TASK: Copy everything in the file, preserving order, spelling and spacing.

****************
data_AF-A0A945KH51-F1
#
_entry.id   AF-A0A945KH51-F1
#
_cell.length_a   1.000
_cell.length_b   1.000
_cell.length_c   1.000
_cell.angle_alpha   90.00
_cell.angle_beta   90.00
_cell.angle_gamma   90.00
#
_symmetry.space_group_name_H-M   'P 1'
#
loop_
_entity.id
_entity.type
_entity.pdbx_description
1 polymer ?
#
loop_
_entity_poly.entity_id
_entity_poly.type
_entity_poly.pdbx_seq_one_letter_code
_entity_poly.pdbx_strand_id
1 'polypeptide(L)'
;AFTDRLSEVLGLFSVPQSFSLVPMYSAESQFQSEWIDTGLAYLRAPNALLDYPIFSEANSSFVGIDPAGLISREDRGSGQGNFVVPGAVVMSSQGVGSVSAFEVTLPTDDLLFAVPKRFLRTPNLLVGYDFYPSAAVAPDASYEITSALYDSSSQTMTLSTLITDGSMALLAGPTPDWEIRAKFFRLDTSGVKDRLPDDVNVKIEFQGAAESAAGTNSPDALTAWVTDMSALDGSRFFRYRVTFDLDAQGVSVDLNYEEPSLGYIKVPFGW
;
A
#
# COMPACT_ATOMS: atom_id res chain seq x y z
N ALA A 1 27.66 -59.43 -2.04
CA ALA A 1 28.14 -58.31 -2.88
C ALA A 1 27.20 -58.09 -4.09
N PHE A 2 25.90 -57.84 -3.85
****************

data_AF-A0A945KH51-F1
#
_entry.id   AF-A0A945KH51-F1
#
_cell.length_a   1.000
_cell.length_b   1.000
_cell.length_c   1.000
_cell.angle_alpha   90.00
_cell.angle_beta   90.00
_cell.angle_gamma   90.00
#
_symmetry.space_group_name_H-M   'P 1'
#
loop_
_entity.id
_entity.type
_entity.pdbx_description
1 polymer ?
#
loop_
_entity_poly.entity_id
_entity_poly.type
_entity_poly.pdbx_seq_one_letter_code
_entity_poly.pdbx_strand_id
1 'polypeptide(L)'
;AFTDRLSEVLGLFSVPQSFSLVPMYSAESQFQSEWIDTGLAYLRAPNALLDYPIFSEANSSFVGIDPAGLISREDRGSGQGNFVVPGAVVMSSQGVGSVSAFEVTLPTDDLLFAVPKRFLRTPNLLVGYDFYPSAAVAPDASYEITSALYDSSSQTMTLSTLITDGSMALLAGPTPDWEIRAKFFRLDTSGVKDRLPDDVNVKIEFQGAAESAAGTNSPDALTAWVTDMSALDGSRFFRYRVTFDLDAQGVSVDLNYEEPSLGYIKVPFGW
;
A
#
# COMPACT_ATOMS: atom_id res chain seq x y z
N ALA A 1 27.66 -59.43 -2.04
CA ALA A 1 28.14 -58.31 -2.88
C ALA A 1 27.20 -58.09 -4.09
N PHE A 2 25.90 -57.84 -3.85